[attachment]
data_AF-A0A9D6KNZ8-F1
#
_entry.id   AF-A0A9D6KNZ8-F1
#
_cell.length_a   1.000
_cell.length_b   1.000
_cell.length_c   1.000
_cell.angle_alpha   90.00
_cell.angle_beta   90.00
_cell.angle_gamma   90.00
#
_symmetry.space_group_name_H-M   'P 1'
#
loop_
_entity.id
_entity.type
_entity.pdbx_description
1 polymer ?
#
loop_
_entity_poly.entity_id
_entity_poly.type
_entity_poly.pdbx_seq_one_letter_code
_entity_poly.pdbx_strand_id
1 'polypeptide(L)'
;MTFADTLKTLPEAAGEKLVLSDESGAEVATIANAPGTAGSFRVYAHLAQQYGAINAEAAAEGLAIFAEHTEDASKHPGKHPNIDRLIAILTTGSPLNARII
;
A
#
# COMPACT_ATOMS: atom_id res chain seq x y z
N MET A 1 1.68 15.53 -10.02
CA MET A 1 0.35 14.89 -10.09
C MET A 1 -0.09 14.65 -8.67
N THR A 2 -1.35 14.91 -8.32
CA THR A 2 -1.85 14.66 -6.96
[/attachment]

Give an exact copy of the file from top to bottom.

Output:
data_AF-A0A9D6KNZ8-F1
#
_entry.id   AF-A0A9D6KNZ8-F1
#
_cell.length_a   1.000
_cell.length_b   1.000
_cell.length_c   1.000
_cell.angle_alpha   90.00
_cell.angle_beta   90.00
_cell.angle_gamma   90.00
#
_symmetry.space_group_name_H-M   'P 1'
#
loop_
_entity.id
_entity.type
_entity.pdbx_description
1 polymer ?
#
loop_
_entity_poly.entity_id
_entity_poly.type
_entity_poly.pdbx_seq_one_letter_code
_entity_poly.pdbx_strand_id
1 'polypeptide(L)'
;MTFADTLKTLPEAAGEKLVLSDESGAEVATIANAPGTAGSFRVYAHLAQQYGAINAEAAAEGLAIFAEHTEDASKHPGKHPNIDRLIAILTTGSPLNARII
;
A
#
# COMPACT_ATOMS: atom_id res chain seq x y z
N MET A 1 1.68 15.53 -10.02
CA MET A 1 0.35 14.89 -10.09
C MET A 1 -0.09 14.65 -8.67
N THR A 2 -1.35 14.91 -8.32
CA THR A 2 -1.85 14.66 -6.96